Opened in 1925 as the Guild Theater and renamed the ANTA Playhouse in 1950 and the Virginia Theater in 1981, this venue staged multiple productions involving major LGBT performers and creators, including Alfred Lunt, Lynn Fontanne, Emlyn Williams, Mary Martin, Tyrone Power, Thornton Wilder, Lorenz Hart, Eva Le Gallienne, and Gore Vidal, among others.

The venue was renamed the August Wilson Theater in 2005.

Header Photo
Credit: Evan Tuten/NYC LGBT Historic Sites Project, 2022.


Guild Theater
Alfred Lunt
 and Lynn Fontanne, a Broadway couple who had one of the most famous “lavender marriages” (a marriage in which one or both partners are gay) of their time, were heavily associated with the Guild Theater in its first decade. Together, they acted in ten plays: Arms and the Man (revival, 1925); The Goat Song (1926); At Mrs. Bream’s (1926); The Brothers Karamazov (1927); The Second Man (1927); Volpone (1928) by Stefan ZweigCaprice (1928-29); Meteor (1929-30); Elizabeth the Queen (1930-31); and The Taming of the Shrew (revival, 1935-36). Fontanne appeared in Pygmalion (revival, 1926-27), and Lunt, together with Sanford Meisner, acted in Juarez and Maximillian (1926), The Doctor’s Dilemma (revival, 1927-28), and Marco Millions (1928).

Other productions at the Guild with LGBT creators were Garrick Gaieties (1926), with lyrics by Lorenz HartGarrick Gaieties (revival, 1930) by and composed by Marc Blitzstein and others; Green Grow the Lilacs (1931) by Lynn RiggsThe Merchant of Yonkers (1938-39) by Thornton WilderJeremiah (1939) by Stefan Zweig; and Yesterday’s Magic (1942) by Emlyn Williams. LGBT performers here included LGBT performers here included Georgette Harvey in Porgy (1927-28); Alla Nazimova in Mourning Becomes Electra (1931-32), The Good Earth (1932), and The Simpleton of the Unexpected Isles (1935); Beatrice Lillie in Too Good to Be True (1932); Judith Anderson in The Mask and the Face (revival, 1933); Clifton Webb in And Stars Remain (1936); and Eva Le Gallienne in Prelude to Exile (1936-37).

ANTA Playhouse
After a time as a radio station, in 1950 it became the ANTA (American National Theatre and Academy) Playhouse. Productions by LGBT creators and with LGBT performers included The Tower Beyond Tragedy (1950), with Judith AndersonThe School for Wives (1951), with scenic and costume design by Christian BerardThe Skin of Our Teeth (revival, 1955) by Thornton Wilder, with actor Mary MartinThe Dark is Light Enough (1955), with scenic and costume design by Oliver Messel, with actors Katharine Cornell and Tyrone PowerThe Great Sebastians (1956), with Alfred Lunt and Lynn FontanneSay, Darling (1958) designed by Oliver SmithThe Fighting Cock (1959-60), with Roddy McDowall (Best Featured Actor in a Play Tony Award); Jerome Robbins’ Ballet: U.S.A. (1961), choreographed by Jerome Robbins, with costume design by Irene Sharaff, and with dancer Tommy AbbottBig Fish, Little Fish (1961) by Hugh Wheeler, directed by John Gielgud (Best Direction of a Play Tony Award), and with actor George GrizzardBlues for Mr. Charlie (1964) by James BaldwinTraveller Without Luggage (1964), with scenic and costume design by Oliver MesselThe Owl and the Pussycat (1964-65), with costume design by Florence KlotzThe Royal Hunt of the Sun (1965-66) by Peter Shaffer, with actor George RoseMaggie Flynn (1968-69), with costume design by W. Robert LaVine, and with actor Jack CassidyOur Town (revival, 1969) by Thornton WilderThe Last of Mrs. Lincoln (1972-73), with scenic design by William RitmanCat on a Hot Tin Roof (revival, 1974-75) by Tennessee WilliamsFirst Monday in October (1978), with scenic design by Oliver Smith (opened at the Majestic Theater); A History of the American Film (1978), with scenic design by Tony StraigesWhoopee! (1979), with scenic design by John Lee BeattyNight and Day (1979-80) with Joseph Maher; and The Suicide (1980), with Derek Jacobi.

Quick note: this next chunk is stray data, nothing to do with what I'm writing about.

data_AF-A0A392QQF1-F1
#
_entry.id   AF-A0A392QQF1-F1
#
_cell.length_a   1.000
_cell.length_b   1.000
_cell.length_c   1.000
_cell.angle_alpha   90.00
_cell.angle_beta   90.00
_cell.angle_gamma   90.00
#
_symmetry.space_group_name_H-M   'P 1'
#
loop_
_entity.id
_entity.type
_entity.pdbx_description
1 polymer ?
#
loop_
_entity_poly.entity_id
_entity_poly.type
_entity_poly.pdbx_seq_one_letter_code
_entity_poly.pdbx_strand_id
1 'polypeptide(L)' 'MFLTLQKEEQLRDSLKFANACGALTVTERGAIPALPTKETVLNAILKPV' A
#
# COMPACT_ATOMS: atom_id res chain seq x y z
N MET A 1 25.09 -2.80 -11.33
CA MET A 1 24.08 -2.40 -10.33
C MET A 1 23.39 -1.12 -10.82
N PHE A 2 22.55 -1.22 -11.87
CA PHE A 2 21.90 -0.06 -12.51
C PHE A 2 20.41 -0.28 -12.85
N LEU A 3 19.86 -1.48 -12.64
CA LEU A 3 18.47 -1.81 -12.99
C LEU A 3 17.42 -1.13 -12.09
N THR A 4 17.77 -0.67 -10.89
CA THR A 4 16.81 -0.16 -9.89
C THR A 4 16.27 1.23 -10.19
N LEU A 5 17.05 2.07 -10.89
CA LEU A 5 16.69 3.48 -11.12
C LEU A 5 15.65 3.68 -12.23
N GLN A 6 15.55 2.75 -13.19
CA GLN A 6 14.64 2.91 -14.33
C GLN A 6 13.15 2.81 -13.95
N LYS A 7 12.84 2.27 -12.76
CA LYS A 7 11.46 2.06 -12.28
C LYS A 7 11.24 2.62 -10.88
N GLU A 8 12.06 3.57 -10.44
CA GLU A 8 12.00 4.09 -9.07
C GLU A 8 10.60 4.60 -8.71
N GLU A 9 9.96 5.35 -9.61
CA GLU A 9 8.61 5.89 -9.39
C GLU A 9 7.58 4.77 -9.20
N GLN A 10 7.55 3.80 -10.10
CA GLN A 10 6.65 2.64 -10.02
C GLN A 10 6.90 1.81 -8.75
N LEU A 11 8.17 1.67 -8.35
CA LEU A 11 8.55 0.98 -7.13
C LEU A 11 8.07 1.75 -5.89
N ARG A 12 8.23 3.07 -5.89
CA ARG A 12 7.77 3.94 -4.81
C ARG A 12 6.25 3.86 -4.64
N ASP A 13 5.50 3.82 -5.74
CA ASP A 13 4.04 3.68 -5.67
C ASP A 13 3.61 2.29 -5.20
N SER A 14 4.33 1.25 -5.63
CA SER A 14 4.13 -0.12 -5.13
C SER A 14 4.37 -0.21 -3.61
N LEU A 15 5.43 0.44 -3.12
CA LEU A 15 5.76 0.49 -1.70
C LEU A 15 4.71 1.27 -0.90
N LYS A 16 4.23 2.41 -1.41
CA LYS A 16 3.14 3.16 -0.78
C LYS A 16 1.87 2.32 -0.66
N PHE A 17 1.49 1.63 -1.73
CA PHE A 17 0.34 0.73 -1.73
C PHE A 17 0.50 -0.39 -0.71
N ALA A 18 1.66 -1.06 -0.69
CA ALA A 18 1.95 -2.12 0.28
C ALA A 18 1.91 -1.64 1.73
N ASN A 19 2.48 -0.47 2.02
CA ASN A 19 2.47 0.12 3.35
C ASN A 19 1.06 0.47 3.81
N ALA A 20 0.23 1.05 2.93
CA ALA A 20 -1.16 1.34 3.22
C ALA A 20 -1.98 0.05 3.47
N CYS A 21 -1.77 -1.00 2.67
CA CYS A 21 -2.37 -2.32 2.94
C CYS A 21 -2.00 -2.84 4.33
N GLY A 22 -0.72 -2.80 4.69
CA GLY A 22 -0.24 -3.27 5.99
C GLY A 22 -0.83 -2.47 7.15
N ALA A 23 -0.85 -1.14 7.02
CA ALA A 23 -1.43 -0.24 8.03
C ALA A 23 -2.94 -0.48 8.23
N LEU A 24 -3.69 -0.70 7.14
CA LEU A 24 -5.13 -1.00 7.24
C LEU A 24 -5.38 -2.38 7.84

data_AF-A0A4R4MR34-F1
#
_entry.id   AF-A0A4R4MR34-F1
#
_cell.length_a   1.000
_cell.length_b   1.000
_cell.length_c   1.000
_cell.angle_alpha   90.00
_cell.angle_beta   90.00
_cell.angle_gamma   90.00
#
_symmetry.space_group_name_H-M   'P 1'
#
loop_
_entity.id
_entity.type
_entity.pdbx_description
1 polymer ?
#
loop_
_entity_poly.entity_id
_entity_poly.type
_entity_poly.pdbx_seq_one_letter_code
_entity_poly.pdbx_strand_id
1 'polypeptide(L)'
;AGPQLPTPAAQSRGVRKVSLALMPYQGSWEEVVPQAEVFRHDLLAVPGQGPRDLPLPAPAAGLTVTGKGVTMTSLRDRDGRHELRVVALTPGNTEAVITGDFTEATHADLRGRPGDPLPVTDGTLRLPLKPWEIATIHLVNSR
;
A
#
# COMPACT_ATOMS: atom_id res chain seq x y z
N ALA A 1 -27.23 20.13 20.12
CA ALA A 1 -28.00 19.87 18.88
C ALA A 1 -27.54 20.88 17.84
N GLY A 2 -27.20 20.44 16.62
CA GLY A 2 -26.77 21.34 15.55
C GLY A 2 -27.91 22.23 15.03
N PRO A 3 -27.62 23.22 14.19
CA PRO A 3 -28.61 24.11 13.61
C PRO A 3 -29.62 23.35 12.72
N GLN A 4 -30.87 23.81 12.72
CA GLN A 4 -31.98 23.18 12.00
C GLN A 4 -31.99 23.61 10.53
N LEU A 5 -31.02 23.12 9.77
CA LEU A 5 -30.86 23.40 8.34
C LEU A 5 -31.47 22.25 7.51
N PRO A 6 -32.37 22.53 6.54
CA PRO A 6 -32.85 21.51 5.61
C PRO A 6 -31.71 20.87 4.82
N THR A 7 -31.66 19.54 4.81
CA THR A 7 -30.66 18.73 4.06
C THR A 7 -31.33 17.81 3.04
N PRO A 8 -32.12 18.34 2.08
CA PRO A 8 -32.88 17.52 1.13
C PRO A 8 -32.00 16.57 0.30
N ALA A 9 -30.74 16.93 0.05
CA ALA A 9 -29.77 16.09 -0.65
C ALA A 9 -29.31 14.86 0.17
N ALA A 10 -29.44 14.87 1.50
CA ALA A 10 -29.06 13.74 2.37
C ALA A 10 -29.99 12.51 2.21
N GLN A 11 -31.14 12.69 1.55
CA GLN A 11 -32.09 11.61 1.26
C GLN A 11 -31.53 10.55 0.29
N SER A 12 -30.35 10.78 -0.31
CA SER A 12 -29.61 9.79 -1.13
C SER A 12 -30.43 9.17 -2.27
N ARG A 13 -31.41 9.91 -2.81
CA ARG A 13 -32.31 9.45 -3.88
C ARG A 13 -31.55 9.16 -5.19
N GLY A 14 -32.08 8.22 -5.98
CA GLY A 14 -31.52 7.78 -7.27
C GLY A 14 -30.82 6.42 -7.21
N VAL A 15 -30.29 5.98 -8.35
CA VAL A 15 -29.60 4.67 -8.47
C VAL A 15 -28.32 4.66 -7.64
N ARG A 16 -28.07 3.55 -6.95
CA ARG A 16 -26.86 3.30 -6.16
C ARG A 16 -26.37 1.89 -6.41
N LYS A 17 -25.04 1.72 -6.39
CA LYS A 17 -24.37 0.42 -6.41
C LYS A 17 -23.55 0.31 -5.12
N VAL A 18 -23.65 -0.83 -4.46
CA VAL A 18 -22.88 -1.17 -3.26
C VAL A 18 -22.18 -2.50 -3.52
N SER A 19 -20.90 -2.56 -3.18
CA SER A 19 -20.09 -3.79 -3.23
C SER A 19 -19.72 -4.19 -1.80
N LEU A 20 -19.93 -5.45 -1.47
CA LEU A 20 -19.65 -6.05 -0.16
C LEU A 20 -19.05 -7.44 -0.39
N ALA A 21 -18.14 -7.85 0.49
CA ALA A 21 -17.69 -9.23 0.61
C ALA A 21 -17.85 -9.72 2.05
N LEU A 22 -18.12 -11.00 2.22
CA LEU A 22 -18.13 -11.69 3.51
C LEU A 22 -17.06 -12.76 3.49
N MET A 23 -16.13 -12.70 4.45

Virginia Theater
In 1981, it was renamed the Virginia Theater. The biggest LGBT-associated hits were On Your Toes (revival, 1983-84) by Richard Rodgers and Lorenz Hart, with lyrics by Hart (Best Reproduction Tony Award) and production design by Zack BrownCity of Angels (1989-92), with costume design by Florence KlotzJelly’s Last Jam (1992-93) by and directed by George C. Wolfe; and Smokey Joe’s Cafe (1995-2000), with costume design by William Ivey Long, and with Lesley Gore as a guest star. Other LGBT-associated shows included Alice in Wonderland (revival, 1982-83) by Eva Le Gallienne and Florida Friebus, with scenic design by John Lee Beatty, with actors Le Gallienne and Edward HibbertWild Honey (1986-87), with Ian McKellenMy Fair Lady (revival, 1993-94), with Richard ChamberlainThe Wild Party (2000) by George C. Wolfe and Michael John LaChiusa, and with music and lyrics by LaChiusa; and The Best Man (revival, 2000) by Gore Vidal, with actor Jonathan Hadary.

Building Information

  • Architect or Builder: C. Howard Crane & Kenneth Franzheim
  • Year Built: 1924-25


  1. Adam Hetrick, “The Work of Broadway’s Gay and Lesbian Artistic Community Goes on Display Nov. 14 When the Leslie/Lohman Gay Art Foundation Gallery Presents ‘StageStruck: The Magic of Theatre Design’,” Playbill, Nov. 14, 2007.

  2. ANTA Theater Designation Report (New York: Landmarks Preservation Commission, 1985).

  3. Internet Broadway Database.

  4. The 1st List of: Gay/Lesbian/Bi Industry People, Both in Front and Behind the Camera,” www.imdb.com, May 31, 2013.

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